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The Pastors' Blog

Discipline Needs the Church (Church Membership, Part 5)

 

     As we've already looked at in a previous post, Matthew 18:17 shows us how the Biblical process of discipline culminates in bringing a case to "the church." We saw how, looking at the context, this can't just mean "a group of Christians," because that's step two of the discipline process, as we see in Matthew 18:16. Given the historical and cultural context in which Jesus lived and ministered, it's pretty likely that by saying "the church," Jesus meant specifically the leadership of the church, rather than the whole congregation at once, but we don't have to agree on that in order to come to the conclusion we want to draw here.

     Let's follow the process, beginning in Matthew 18:15. If someone sins against you, step one is to go to them and talk to them about it. If that does not produce repentance and reconciliation, then step two is to talk to them with a few witnesses present. The point of that is not to gang up on someone and pressure them into repenting, but rather to have neutral observers who can observe the lack of repentance and who can speak to their brother or sister from outside the situation. Sometimes, when we're the ones who have been sinned against, it's can be hard for us to see and accept genuine repentance and to speak in a way that is helpful, and we need others to be peacemakers for us. But if even the witnesses agree that you have been sinned against and the sinner is unwilling to repent, then "tell it to the church. And if he refuses to listen even to the church, let him be to you as a Gentile and a tax collector" (Matthew 18:17).

     It is that last step that is noteworthy and which bears some deeper consideration. A Gentile (non-Jew, not a worshiper of the God of Israel) and a tax collector (Jewish by birth but disobedient and disloyal by lifestyle) are two categories of people who were excluded from worship. They were not a part of the gathering of God's people. When Paul, likewise, in 1 Corinthians 5:2 urges that an unrepentant sinner should be removed from among the congregation, it seems he has this same process of discipline in mind.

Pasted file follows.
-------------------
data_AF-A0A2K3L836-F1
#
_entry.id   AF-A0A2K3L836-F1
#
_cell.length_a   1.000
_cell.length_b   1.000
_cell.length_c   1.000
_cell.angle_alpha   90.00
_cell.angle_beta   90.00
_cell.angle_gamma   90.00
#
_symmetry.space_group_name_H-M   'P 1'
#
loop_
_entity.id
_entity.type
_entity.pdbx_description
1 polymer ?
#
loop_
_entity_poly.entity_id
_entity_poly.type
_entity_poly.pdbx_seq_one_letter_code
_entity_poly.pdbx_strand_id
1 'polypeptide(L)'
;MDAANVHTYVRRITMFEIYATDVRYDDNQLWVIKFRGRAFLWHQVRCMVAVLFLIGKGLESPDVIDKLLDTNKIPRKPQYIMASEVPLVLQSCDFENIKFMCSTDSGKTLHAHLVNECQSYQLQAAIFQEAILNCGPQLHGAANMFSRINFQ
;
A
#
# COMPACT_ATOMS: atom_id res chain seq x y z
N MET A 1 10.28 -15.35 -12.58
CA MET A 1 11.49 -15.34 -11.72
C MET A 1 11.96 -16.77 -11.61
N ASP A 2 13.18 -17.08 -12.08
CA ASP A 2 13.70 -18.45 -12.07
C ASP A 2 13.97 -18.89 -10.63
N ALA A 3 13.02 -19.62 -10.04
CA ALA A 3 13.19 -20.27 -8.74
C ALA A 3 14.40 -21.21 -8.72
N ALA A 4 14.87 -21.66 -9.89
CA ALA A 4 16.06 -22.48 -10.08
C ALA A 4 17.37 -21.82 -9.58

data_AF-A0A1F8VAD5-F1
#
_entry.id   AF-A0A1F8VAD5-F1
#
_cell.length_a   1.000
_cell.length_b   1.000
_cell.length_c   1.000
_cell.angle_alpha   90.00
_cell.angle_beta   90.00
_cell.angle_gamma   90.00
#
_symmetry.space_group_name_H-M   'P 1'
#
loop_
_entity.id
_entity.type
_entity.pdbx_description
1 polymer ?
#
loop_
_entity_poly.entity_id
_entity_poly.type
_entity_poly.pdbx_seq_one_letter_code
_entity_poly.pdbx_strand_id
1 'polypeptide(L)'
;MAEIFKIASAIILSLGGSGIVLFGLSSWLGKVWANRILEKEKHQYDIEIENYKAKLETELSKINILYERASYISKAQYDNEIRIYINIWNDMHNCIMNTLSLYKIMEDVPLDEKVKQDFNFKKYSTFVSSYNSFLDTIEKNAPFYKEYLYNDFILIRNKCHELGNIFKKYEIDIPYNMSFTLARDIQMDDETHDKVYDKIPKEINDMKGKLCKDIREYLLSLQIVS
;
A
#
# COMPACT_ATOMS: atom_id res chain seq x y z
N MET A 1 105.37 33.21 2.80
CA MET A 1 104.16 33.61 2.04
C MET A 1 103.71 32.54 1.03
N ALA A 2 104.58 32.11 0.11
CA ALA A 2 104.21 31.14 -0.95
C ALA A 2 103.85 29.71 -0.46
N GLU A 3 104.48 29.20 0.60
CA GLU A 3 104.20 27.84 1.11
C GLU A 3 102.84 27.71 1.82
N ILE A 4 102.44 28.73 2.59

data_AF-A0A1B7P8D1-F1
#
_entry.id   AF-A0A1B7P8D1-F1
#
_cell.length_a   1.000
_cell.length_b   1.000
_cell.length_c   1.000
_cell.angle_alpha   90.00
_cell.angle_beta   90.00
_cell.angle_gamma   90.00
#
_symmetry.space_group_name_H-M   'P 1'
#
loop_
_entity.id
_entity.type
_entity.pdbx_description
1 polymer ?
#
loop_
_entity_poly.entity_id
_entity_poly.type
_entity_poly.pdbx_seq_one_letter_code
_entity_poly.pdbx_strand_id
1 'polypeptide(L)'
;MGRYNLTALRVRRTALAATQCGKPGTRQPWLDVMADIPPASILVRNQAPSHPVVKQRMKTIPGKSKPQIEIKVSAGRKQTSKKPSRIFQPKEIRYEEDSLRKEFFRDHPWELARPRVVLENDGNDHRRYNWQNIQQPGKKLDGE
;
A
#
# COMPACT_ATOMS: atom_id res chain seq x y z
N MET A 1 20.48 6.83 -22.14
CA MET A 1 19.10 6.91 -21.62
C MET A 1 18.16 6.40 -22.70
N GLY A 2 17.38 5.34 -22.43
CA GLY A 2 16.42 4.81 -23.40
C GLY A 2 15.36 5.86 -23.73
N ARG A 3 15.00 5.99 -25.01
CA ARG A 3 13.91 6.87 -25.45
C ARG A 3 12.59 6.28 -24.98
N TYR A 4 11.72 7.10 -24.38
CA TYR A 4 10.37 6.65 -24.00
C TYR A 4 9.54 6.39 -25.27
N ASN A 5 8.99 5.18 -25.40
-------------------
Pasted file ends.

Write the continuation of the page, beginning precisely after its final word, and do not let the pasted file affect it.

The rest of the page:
Will we stop such a person from walking into our worship? No. Will we prevent them from being in the place where the gospel is preached and where the grace of the gospel is ministered? No, of course not. If anything, treating an unrepentant person as an unbeliever means that we all the more desire or them to be in the path of grace, in hope that they repent and leave their sin (since that is one of the goals of discipline, as expressed in 1 Corinthians 5:5). So what does it mean that we "remove" the unrepentant sinner and regard such a person as "a Gentile or tax collector?" It means we cease to consider them a member of the church. In other words, we say, "Because of your unwillingness to repent and turn from your sin, we do not see in you evidence of the new life that is of Christ's Spirit. From what we can tell, you are not a follower of Jesus."

     That's not something anyone should ever do lightly. In fact, that's not something just anyone can do. It's a task entrusted to the leadership of a church - those who are accountable for the flock, those charged with spiritual care and safekeeping. More specifically, the leadership of that person's church - those specifically accountable for his or her spiritual care. I cannot go around enacting church discipline against anyone that I see sinning. That is the job of their shepherds.  Which is why discipline (in its full sense, though not in the early steps) is an element of Christian life that belongs exclusively to the local church, thus setting apart the church from other Christian activities such as prayer groups, Bible studies, online communities, etc.

     And this, then, is an extension of what we explored in our previous post - if elders are to shepherd the flock that is under their care, then there must be an understanding of who is and who is not under their care. In other words, there is (officially or unofficially) a "roll" of members who have placed themselves under the care of a local church and its leadership. If the church is to be led and the flock to be cared for (and disciplined) in the way God's Word describes, then we need church membership.

     But of course, that's not the only reason church membership makes sense. From a practical standpoint, all that the Bible calls us to do and be in Christian community makes greater sense if we see that community as a group of mutually committed disciples. That practical reality is what we'll explore in our final post on church membership.

 

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